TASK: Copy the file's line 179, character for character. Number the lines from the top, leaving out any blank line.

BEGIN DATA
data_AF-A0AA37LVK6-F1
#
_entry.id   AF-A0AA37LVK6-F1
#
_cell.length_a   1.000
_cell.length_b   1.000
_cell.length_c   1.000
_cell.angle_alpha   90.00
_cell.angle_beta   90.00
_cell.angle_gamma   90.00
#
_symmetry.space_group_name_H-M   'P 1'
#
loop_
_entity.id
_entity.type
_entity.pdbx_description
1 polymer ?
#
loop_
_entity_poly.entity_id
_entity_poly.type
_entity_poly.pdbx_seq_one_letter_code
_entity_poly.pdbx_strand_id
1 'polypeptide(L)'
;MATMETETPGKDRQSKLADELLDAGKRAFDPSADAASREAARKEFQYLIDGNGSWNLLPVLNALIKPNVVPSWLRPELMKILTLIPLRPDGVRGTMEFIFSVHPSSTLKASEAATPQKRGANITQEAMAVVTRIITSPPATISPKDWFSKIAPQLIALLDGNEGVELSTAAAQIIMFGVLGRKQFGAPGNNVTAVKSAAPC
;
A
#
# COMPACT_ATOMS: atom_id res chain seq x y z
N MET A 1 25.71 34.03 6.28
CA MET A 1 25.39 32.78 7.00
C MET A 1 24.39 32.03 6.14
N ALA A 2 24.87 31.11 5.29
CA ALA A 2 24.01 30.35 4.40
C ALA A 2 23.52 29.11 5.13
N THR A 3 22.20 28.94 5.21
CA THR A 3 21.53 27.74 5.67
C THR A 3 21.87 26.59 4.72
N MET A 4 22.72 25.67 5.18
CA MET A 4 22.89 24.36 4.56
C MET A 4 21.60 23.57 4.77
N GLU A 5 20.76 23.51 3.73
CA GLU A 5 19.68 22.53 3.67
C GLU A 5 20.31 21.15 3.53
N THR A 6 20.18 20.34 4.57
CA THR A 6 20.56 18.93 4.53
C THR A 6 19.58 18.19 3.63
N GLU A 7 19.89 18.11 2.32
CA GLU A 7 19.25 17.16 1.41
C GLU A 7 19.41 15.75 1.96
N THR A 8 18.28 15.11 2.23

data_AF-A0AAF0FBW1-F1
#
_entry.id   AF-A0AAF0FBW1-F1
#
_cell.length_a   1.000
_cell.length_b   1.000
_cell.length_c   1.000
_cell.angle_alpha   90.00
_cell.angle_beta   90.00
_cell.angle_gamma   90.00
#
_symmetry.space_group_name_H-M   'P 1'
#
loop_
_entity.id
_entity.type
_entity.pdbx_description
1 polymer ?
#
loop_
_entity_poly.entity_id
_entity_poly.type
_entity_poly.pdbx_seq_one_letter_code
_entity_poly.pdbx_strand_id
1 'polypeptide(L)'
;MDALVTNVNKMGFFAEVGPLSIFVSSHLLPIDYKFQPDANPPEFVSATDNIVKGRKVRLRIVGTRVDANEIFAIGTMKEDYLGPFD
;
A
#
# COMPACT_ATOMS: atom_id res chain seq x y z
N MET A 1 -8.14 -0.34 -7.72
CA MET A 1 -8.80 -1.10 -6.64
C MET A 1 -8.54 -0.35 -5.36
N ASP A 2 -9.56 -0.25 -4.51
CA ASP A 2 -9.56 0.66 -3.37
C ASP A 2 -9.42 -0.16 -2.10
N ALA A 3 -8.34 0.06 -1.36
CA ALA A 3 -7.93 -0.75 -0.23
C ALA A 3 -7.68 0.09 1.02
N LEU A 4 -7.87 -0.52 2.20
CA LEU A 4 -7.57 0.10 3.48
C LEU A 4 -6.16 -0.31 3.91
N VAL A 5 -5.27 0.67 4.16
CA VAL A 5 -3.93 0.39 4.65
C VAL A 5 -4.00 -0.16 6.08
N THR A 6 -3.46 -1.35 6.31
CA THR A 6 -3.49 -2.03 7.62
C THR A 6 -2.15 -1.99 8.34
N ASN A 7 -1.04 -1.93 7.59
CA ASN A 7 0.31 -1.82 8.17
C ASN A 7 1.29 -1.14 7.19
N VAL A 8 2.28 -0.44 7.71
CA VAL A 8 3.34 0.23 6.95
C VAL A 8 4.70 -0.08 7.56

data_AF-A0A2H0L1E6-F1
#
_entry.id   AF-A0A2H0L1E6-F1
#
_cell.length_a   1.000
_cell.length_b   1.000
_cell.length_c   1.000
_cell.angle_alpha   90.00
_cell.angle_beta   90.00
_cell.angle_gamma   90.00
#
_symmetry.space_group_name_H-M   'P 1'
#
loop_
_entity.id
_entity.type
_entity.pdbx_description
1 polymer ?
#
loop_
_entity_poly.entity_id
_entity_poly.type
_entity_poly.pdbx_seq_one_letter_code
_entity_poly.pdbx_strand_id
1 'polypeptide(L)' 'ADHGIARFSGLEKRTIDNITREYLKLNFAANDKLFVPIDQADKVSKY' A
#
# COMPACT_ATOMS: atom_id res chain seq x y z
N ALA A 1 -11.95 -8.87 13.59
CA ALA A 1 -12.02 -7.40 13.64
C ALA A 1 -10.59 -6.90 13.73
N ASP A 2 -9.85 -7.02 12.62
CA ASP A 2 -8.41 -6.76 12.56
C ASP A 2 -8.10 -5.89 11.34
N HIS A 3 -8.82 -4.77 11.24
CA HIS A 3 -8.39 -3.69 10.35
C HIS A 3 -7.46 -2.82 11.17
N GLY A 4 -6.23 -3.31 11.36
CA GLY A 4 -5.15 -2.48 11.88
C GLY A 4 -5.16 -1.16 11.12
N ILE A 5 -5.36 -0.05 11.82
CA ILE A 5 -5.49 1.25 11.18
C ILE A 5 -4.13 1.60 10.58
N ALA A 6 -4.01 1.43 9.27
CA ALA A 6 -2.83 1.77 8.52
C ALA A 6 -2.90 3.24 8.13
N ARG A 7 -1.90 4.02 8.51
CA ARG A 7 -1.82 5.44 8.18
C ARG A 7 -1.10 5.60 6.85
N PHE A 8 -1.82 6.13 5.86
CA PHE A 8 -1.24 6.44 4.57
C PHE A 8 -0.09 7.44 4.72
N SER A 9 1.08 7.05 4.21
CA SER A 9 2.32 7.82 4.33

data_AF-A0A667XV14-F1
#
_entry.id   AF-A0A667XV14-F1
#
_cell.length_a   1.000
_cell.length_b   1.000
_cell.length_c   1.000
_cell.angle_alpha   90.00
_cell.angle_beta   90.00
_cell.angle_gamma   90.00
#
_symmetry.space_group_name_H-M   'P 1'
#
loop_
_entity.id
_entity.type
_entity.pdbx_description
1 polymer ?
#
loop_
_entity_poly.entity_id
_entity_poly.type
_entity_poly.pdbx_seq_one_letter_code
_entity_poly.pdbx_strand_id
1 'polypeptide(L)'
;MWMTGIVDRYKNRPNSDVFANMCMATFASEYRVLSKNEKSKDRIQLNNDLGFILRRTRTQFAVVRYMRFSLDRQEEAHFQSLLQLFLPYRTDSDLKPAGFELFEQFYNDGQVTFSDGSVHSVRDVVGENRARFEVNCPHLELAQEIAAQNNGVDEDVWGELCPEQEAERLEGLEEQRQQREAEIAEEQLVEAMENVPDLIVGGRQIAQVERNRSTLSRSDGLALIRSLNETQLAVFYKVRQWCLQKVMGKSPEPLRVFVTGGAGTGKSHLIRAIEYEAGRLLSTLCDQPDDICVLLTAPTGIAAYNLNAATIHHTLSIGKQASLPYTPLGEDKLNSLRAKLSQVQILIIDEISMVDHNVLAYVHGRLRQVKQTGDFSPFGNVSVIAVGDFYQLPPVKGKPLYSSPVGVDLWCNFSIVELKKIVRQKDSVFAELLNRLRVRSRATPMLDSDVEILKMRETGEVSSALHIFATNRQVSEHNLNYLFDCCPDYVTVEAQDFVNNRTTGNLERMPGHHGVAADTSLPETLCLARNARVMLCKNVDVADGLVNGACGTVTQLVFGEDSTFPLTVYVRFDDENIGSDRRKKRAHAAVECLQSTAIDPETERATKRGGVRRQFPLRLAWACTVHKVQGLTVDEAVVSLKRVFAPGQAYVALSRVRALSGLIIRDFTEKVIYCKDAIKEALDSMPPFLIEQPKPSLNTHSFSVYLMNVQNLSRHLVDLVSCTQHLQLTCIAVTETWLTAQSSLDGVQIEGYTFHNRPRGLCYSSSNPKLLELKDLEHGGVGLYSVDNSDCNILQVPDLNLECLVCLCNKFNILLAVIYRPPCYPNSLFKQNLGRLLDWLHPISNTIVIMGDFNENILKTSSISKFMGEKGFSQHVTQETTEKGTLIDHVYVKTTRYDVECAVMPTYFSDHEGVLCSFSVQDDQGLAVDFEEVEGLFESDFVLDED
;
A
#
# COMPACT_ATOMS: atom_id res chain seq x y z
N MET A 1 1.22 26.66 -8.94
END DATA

loop_